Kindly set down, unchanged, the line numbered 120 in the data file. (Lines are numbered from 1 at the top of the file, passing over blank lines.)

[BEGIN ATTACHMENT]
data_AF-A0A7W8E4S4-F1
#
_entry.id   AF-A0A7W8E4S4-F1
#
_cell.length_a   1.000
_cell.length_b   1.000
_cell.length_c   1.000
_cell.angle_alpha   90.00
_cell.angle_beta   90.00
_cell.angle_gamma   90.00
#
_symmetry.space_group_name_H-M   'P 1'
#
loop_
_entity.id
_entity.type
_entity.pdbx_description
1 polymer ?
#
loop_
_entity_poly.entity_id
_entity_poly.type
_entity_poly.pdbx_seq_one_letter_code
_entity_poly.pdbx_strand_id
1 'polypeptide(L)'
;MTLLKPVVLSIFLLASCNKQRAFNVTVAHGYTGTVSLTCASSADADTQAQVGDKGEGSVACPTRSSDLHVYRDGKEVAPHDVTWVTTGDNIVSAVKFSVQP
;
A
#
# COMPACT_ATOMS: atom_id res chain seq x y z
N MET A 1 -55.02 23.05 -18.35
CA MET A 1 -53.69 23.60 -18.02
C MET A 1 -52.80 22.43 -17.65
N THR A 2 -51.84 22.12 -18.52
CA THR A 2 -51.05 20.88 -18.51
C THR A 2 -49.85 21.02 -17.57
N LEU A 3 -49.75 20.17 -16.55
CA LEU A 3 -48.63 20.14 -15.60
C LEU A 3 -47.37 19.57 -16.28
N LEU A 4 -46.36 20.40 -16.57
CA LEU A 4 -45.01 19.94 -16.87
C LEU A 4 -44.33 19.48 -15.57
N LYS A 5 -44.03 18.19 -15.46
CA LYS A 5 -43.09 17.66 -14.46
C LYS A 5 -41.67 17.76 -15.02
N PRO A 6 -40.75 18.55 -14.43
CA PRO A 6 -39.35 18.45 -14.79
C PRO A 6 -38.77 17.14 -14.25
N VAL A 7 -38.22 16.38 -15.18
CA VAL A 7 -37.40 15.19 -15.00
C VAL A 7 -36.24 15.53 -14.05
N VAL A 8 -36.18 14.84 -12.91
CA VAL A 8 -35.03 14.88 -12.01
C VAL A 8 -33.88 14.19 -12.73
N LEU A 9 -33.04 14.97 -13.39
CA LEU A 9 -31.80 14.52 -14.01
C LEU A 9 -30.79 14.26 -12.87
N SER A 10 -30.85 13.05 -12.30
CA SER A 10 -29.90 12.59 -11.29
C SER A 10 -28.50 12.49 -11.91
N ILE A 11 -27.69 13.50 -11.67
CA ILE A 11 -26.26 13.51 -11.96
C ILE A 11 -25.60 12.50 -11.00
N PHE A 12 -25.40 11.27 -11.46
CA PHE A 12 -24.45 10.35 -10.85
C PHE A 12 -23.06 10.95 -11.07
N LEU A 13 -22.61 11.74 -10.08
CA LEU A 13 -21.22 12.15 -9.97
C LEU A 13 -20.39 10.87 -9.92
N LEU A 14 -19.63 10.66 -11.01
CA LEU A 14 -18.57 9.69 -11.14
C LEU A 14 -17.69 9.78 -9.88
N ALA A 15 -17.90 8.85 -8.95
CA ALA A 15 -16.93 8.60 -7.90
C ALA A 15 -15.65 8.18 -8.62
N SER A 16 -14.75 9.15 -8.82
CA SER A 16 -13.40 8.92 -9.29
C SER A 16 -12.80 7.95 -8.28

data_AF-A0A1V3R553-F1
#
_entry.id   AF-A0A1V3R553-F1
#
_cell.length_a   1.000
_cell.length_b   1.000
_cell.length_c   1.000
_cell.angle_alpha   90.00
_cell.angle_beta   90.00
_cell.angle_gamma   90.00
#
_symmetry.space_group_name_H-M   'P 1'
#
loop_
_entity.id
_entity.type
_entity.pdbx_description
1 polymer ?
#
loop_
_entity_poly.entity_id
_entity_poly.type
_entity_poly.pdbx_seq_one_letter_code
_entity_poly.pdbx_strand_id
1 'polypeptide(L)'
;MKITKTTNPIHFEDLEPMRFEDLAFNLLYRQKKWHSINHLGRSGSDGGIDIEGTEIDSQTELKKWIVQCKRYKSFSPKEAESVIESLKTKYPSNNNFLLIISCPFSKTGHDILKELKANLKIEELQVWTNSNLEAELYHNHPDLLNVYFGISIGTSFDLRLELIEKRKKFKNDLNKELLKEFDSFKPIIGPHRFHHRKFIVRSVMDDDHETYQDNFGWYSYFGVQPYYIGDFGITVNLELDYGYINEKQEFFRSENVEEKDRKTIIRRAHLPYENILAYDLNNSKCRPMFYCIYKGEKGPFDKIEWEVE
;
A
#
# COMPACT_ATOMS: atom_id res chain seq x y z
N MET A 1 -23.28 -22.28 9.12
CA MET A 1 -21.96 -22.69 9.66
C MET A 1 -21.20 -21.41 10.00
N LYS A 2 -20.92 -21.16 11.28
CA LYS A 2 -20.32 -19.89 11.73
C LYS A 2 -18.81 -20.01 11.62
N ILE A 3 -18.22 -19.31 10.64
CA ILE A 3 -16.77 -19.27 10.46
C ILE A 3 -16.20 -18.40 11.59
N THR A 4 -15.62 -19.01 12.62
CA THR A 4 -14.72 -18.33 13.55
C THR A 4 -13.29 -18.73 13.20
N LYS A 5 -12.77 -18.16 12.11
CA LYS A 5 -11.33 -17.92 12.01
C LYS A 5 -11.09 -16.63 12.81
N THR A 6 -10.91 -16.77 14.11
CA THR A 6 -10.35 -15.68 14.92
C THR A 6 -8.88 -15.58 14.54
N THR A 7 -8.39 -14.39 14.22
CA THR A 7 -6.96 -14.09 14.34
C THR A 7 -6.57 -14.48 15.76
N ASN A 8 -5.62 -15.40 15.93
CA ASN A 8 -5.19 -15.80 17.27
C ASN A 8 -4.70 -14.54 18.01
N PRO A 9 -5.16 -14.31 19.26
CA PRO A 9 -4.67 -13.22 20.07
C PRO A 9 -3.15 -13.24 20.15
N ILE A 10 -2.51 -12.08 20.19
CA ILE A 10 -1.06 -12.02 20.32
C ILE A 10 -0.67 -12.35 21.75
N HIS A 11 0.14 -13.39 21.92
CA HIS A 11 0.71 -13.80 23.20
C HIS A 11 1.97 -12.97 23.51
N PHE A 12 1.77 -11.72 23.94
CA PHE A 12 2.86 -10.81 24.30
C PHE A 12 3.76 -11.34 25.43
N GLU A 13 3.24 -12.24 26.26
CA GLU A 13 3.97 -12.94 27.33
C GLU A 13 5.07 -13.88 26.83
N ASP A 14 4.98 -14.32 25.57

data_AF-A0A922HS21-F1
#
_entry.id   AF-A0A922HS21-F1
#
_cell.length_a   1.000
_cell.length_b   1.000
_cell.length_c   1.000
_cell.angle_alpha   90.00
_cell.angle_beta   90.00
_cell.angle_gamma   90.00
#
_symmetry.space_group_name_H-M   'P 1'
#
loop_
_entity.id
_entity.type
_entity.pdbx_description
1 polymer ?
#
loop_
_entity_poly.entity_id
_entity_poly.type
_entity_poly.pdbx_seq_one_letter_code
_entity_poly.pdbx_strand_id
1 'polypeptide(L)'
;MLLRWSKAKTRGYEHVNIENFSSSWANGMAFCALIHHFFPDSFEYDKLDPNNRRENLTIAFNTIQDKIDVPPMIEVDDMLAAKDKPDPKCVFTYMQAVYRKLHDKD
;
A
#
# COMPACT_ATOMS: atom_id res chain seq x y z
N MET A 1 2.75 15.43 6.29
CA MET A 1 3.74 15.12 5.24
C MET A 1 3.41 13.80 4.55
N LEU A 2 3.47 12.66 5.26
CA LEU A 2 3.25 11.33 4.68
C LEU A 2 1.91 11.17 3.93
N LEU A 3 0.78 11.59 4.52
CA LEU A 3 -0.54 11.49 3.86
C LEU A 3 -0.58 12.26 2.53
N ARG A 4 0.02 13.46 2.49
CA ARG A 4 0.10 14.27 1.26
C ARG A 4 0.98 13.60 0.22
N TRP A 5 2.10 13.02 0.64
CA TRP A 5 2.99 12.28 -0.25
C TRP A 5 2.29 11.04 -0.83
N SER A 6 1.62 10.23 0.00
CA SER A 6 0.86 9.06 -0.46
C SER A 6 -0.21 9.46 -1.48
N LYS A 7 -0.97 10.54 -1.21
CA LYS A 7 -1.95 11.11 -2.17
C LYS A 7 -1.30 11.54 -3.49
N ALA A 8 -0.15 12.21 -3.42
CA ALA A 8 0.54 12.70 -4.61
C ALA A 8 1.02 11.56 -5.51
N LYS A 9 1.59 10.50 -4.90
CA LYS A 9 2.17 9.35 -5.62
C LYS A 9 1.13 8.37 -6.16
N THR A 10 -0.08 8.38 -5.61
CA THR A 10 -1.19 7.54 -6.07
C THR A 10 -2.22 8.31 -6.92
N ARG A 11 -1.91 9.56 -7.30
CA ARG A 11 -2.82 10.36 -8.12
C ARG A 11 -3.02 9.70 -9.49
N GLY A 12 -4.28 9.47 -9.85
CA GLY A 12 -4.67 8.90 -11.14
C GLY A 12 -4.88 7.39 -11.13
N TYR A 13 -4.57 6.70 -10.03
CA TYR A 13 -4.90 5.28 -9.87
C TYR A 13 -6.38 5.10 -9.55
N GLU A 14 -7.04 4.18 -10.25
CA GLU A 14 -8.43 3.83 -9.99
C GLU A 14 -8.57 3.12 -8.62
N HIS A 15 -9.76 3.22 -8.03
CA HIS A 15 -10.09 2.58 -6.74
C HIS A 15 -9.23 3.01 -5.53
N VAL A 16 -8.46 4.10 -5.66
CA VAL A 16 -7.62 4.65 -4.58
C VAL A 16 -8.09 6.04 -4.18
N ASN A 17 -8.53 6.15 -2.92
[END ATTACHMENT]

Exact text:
C THR A 4 -13.29 -18.73 13.20